> time, I had the Nikon LS8000 for a short time.  I just happened to save a
> few of the test scans.  I saved one @2000ppi w/no ICE...and one @4000ppi
> w/ICE.  I think there was even a 4000ppi scan w/VueScan & Ed's IR
> The VueScan one was the only one that I did set at "superfine scan" mode.
> (No choice w/VueScan).  Honestly, I didn't notice banding in my type of
> "people" portraiture.  Then again, I didn't test the unit for an extended
> period of time.  If I had only known, I surely would have kept the Nikon.
> In mid-December, I exchanged the Nikon unit for the Minolta Scan Multi
> At the time, I was "gun shy" from all the negative reports coming in re:
> Nikon unit.  Also at the time, there weren't many reports on the Minolta.
> What little feedback there was - was all great.  It was the busiest time
> year for my business.  By the time I actually got the unit out of the box
> and began testing it, the store said it was too late to return it.  I
> filled out the warranty card; the scanner is basically brand new.  What to
> do next?   (hear the violins in background)
> I decided to try scanning that same neg that I used the Nikon on.  I was
> immediately horrified when I saw the grainy/gritty look...especially on
> faces of people!  Also, there was scads of dust, dirt, debris and
> everywhere.  ICE helped, but did not clean it all up.  Also, the
> grainy/gritty look was still there.  Any scanning without ICE on this
> machine would be a time consuming extravaganza of cleanup.
> I never did use 4800ppi on the Minolta, because of it's interpolation on
> negs.  So, everything I posted was @ 3200 ppi.
> No, I haven't ever used GEM on the scans to minimize grain.  I tried and
> tried...but still haven't ever seen the "progress bar" even begin to move
> fraction of an inch  - even after 45 minutes.  I simply gave up on GEM
> the Minolta.
> And no, I haven't tried the "defocusing" idea yet.  I've been wasting lots
> of my time on this machine lately.  The only reason that I've recently had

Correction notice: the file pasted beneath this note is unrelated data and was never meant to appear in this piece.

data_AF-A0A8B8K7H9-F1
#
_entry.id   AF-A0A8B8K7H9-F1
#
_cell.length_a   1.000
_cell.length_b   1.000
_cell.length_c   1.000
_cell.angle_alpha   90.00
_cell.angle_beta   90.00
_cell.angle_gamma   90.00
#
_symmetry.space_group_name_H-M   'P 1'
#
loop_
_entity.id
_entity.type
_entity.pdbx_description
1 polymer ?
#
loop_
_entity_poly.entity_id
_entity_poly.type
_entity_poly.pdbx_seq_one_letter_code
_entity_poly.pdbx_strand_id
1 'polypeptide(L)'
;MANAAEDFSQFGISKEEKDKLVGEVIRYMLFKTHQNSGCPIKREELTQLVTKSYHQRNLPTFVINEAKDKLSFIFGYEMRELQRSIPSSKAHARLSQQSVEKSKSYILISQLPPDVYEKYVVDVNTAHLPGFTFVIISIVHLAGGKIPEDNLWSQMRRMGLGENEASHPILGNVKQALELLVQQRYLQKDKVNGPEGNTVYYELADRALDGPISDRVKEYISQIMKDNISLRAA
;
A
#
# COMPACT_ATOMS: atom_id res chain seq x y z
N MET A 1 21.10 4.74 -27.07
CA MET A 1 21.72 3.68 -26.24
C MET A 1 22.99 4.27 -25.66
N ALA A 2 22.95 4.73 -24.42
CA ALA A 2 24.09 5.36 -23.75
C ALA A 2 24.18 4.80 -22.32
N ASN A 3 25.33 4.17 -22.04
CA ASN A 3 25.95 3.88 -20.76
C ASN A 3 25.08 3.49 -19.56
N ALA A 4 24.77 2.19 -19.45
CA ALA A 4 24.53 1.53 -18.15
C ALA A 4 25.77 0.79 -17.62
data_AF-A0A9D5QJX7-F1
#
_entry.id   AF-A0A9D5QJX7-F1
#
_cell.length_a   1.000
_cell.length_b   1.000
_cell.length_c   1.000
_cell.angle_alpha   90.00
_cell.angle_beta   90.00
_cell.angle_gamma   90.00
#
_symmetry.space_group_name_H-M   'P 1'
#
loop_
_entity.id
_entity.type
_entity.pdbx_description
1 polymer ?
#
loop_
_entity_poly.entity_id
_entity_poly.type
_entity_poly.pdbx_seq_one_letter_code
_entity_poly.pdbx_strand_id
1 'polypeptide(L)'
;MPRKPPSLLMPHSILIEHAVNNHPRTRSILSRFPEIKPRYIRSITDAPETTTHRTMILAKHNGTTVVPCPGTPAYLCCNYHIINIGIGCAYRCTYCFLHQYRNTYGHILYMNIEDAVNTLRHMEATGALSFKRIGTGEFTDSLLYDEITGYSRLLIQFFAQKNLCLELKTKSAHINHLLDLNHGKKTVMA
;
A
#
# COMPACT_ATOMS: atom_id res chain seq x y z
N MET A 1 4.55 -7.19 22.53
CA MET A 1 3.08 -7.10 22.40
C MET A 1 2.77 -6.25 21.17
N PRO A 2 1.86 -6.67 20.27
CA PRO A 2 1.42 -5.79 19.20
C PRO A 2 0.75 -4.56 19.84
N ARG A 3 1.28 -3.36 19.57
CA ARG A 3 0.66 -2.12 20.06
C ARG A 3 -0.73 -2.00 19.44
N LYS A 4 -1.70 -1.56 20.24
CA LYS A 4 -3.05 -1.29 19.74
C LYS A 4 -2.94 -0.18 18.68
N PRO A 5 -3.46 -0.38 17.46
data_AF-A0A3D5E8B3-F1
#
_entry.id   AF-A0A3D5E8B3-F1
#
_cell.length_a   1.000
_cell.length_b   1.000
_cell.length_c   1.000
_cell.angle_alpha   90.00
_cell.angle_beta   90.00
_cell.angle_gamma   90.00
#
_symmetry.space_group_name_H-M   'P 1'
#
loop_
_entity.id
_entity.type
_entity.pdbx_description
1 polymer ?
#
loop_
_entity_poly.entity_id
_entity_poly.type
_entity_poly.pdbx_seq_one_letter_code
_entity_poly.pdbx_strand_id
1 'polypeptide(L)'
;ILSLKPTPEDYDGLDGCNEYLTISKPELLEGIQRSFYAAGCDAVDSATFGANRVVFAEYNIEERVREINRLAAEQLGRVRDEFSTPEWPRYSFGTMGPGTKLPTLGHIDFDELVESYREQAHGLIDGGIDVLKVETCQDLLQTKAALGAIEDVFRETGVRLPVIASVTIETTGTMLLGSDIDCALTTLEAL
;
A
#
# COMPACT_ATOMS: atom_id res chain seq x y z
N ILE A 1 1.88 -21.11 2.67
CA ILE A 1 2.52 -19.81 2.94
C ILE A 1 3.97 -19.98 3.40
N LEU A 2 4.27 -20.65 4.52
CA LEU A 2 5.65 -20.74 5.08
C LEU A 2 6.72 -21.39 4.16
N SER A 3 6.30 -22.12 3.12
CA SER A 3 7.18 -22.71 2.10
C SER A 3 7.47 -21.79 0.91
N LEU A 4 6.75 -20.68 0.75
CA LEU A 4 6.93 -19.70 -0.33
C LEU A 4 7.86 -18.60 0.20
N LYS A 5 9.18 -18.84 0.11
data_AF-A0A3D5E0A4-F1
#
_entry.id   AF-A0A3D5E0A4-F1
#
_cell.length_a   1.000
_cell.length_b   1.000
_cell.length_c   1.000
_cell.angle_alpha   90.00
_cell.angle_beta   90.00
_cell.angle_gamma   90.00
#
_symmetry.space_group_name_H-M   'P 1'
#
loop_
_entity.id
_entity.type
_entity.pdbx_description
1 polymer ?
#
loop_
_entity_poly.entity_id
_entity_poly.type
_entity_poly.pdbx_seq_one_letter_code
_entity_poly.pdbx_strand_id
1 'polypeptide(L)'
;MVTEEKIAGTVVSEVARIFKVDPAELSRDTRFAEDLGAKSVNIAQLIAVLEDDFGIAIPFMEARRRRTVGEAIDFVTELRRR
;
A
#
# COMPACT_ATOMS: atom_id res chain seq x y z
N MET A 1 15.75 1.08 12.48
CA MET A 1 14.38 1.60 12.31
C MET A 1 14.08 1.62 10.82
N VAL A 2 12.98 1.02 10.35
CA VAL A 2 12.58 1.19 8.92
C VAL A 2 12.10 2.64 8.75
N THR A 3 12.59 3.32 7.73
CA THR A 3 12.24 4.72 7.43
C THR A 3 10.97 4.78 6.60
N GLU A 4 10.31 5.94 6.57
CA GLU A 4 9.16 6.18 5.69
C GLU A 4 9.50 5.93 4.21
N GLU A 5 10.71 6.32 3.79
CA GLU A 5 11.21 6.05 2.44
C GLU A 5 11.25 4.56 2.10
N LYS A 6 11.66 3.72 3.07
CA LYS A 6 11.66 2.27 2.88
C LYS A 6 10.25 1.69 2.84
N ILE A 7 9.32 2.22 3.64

> this much time to fiddle around with it is because I've been home sick
> a bad cold.  But as soon as I recover, I've got to make a decision re:
> to do with this thing.  First, I need to know whether this is typical
> performance for negs...or whether I have a defective unit.  Then I'll know
> whether to sell it...or have it repaired first; then sell it.
> I've yet to hear *any* input from anyone else who scans negs with the
> Minolta Scan Multi Pro.  So I can only assume that everyone else out there
> is scanning transparencies.  Actually, no that I think about it, Jack
> from Applied Science Fiction mentioned that he has made good neg scans on
> it.  I wonder if he's seen the posted scans.  I must remember to send him
> CD with full rez samples.
> I find it interesting that when I posted my 1st batch of scans a few days
> ago, (Minolta scans only), nobody found the grain objectionable.  Only
> placed next to the Nikon scans did anyone complain.  (Myself included!)
> When I find time, I'll try the "defocusing" idea - even though I think
> preposterous to need to do so on such a costly box.
> Also, I would like to point out that the "crud"/grain/noise is still
> present...even at lower resolutions like 1600ppi.  I don't know if I'll
> time to illustrate that though.
> Meanwhile... any thoughts, comments, questions or suggestions are warmly
> welcome.